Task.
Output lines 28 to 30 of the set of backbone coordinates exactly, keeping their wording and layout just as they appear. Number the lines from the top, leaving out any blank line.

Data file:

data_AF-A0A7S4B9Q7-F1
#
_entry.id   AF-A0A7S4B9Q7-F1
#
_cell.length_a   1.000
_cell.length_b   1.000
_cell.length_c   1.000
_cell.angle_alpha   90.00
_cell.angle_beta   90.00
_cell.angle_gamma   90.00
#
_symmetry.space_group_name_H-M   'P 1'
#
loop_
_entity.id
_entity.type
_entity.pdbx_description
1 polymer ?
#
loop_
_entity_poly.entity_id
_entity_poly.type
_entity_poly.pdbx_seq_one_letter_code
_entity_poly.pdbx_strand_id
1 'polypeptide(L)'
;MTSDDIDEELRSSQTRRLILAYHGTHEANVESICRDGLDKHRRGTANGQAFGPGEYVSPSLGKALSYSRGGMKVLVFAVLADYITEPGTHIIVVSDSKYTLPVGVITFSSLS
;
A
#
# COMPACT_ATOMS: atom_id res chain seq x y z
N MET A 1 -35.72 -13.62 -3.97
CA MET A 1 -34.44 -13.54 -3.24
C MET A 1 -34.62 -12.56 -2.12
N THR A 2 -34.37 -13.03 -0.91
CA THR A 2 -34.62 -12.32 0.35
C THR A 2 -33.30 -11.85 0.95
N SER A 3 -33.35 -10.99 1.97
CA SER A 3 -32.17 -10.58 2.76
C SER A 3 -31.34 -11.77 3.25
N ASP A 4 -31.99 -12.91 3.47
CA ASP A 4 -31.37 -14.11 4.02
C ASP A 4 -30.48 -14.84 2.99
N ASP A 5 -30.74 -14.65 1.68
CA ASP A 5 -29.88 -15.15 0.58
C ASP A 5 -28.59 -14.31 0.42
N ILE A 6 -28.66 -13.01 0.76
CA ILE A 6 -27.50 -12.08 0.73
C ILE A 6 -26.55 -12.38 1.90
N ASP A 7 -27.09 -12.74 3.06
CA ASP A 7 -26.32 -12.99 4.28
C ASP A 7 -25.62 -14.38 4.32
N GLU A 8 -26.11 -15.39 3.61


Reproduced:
A
#
# COMPACT_ATOMS: atom_id res chain seq x y z